The Six Sites of Jean Lafitte
The New Orleans Area
In 1856 the city erected the statue of Andrew Jackson, hero of the Battle of New Orleans and namesake of the public square. The Vieux Carre retains much of its character today because it is among the nation's oldest protected historic districts.
Visitor center exhibits, walking tours, films, music
performances, folklife and cooking demonstrations, and ranger talks highlight
the history and culture of New Orleans and the Mississippi River delta.
Directions to Barataria Preserve from French
About Your Visit
Jean Lafitte National Historical Park and Preserve
Contact park headquarters or individual park sites for information on days and hours, programs, drive time between sites, and volunteering. There are no camping facilities, food, or lodging in the park; these can be found in nearby communities. Public transportation is very limited; contact the park or see the park website. See the park website for information on firearms regulations and other special uses.
Accessibility We strive to make our facilities, services, and programs accessible to all. For information go to a visitor center, ask a ranger, call, or check the park website.
For Your Safety In summer drink plenty of fluids and avoid exposure to sunlight for long periods and at midday. Avoid small mounds of dirt; biting fire ants may live there. In Barataria Preserve, stay on trails; be alert for venomous snakes; don't approach or feed wildlife (especially alligators); use insect repellent.
Source: NPS Brochure (2017)
Maj. Gen. Andrew Jackson's stunning victory over experienced British troops in the Battle of New Orleans on January 8, 1815, was the greatest American land victory of the War of 1812. Although the Treaty of Ghent, ending the war, was signed in Belgium on December 24, 1814, it was not ratified by the United States until February 1815, so fighting continued. This battle preserved America's claim to the Louisiana Territory, prompted migration and settlement along the Mississippi River, and renewed American pride and unity. It also made Jackson a national hero.
The War of 1812 was fought to secure US maritime rights, reduce British influence over American Indians on the western frontier, and pave the way for the US annexation of Canada. Neither side had much success in the early days of the war.
Great Britain, battling Napoleon's armies in Europe, could spare few troops to fight in the US; most were sent to defend Canada. America had few victories, most of which were at sea. When Napoleon was defeated in the spring of 1814, the War of 1812 changed dramatically. Thousands of battle-tested British troops sailed for the United States for a three-pronged attack that included a full-scale invasion from Montreal; skirmishes and raids on Washington, DC, and Baltimore; and an attack on New Orleans.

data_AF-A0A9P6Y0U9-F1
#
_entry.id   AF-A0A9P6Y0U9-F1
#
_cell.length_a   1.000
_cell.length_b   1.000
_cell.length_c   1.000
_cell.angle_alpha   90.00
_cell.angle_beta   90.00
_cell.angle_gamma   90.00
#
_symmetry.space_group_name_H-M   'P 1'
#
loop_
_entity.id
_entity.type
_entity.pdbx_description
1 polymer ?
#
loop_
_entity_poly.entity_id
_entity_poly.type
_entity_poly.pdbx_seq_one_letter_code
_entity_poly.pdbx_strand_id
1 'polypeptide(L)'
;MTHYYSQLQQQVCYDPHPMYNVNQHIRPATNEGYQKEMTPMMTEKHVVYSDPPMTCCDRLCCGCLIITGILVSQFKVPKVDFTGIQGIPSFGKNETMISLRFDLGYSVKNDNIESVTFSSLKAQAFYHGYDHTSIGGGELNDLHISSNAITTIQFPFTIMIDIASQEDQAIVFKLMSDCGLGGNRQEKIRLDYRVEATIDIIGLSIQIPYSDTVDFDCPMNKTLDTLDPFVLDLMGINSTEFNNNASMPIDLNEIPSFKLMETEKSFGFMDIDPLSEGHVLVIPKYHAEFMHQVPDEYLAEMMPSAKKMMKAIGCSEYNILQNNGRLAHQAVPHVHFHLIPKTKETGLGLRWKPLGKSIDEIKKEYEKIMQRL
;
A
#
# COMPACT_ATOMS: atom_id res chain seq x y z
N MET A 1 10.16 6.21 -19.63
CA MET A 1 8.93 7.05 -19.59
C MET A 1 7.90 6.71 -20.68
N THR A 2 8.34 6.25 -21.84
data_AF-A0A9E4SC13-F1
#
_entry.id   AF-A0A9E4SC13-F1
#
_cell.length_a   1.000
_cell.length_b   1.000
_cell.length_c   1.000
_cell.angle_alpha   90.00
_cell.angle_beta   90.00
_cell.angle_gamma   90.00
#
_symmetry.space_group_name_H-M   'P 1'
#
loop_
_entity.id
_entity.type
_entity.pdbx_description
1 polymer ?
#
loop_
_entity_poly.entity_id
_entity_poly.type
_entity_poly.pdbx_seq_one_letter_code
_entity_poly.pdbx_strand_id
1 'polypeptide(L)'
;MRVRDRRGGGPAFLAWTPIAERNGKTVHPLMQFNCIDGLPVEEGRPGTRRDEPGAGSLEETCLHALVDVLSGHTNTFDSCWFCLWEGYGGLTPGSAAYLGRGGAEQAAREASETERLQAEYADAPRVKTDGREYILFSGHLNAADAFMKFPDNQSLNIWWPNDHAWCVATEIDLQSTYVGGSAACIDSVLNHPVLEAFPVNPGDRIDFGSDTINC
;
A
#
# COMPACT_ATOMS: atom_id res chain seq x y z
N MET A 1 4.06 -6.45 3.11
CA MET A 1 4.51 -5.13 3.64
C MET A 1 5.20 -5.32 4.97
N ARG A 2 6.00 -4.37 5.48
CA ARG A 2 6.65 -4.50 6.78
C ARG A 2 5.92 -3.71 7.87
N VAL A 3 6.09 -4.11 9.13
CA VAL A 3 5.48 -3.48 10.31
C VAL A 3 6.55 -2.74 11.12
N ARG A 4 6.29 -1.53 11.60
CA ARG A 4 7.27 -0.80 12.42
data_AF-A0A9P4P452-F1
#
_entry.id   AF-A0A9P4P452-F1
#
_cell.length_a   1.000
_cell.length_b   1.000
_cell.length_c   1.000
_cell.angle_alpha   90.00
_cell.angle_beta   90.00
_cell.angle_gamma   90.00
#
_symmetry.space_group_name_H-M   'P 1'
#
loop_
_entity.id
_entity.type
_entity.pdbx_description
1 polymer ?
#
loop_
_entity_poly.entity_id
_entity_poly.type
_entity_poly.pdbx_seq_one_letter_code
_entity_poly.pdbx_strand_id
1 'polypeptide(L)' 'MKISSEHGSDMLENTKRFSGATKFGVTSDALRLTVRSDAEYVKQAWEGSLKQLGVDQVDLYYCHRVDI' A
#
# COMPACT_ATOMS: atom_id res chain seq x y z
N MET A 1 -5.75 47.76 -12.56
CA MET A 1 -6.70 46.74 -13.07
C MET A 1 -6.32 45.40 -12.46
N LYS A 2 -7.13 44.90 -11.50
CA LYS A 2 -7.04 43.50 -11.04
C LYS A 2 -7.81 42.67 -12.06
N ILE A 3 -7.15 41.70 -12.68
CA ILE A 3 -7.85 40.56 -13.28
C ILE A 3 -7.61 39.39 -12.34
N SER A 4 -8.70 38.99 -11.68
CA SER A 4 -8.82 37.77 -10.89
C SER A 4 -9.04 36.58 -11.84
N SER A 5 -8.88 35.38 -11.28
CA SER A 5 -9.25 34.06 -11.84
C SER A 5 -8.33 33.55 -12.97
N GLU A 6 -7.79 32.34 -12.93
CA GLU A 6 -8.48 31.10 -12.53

The first advance ended when the British lost the Battle of Lake Champlain in September 1814. During the second, the British invaded Washington and burned the White House and the Capitol, but Fort McHenry in Baltimore held off British ships, ending this attack. The third began in late December when British Maj. Gen. Sir Edward M. Pakenham led a 10,000-man army overland from Lake Borgne to attack New Orleans. The capture of this important port was Britain's main hope for exacting a favorable peace settlement from the Americans. By controlling the mouth of the Mississippi River, England could seriously threaten the economic well-being of the entire Mississippi Valley and hamper US westward expansion.
Defending New Orleans were about 5,000 regular US troops, state militiamen, and volunteer soldiers, including Jean Lafitte's Baratarian pirates. On December 23, when British troops landed nine miles downriver from New Orleans, Jackson halted their advance in a fierce night attack. The Americans then withdrew behind the banks of the Rodriguez Canal.
The Rodriguez Canal bordered one side of the Chalmet plantation, running between the Mississippi River and a cypress swamp. Jackson's plan was to force the British to march through the stubble of harvested sugarcane fields toward his troops. The Americans enlarged the canal and filled it with water, built a shoulder-high mud rampart thick enough to withstand cannon fire, and waited for the British to attack.